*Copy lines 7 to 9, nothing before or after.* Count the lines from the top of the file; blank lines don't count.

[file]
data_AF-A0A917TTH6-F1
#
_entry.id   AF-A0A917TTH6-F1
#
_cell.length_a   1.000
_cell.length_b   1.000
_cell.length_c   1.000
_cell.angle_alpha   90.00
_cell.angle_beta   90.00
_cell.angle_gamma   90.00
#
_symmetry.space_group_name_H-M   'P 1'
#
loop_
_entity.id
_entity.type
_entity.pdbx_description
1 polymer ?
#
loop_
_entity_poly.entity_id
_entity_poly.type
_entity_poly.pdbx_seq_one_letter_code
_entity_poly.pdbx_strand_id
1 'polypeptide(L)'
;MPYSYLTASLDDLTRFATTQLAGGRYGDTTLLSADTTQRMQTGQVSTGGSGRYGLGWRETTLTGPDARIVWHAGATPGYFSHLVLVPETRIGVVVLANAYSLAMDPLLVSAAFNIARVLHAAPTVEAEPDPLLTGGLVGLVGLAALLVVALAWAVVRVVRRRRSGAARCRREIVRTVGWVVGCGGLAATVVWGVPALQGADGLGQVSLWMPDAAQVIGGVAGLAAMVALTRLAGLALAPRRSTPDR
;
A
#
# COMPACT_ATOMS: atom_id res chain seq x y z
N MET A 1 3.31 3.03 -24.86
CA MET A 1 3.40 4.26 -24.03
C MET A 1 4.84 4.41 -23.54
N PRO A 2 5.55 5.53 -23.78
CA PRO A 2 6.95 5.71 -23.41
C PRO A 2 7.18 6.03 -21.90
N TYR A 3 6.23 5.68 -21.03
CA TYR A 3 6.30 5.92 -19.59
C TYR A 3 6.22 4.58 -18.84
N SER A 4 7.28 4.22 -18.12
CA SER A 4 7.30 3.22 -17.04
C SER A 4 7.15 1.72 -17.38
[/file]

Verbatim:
_cell.length_c   1.000
_cell.angle_alpha   90.00
_cell.angle_beta   90.00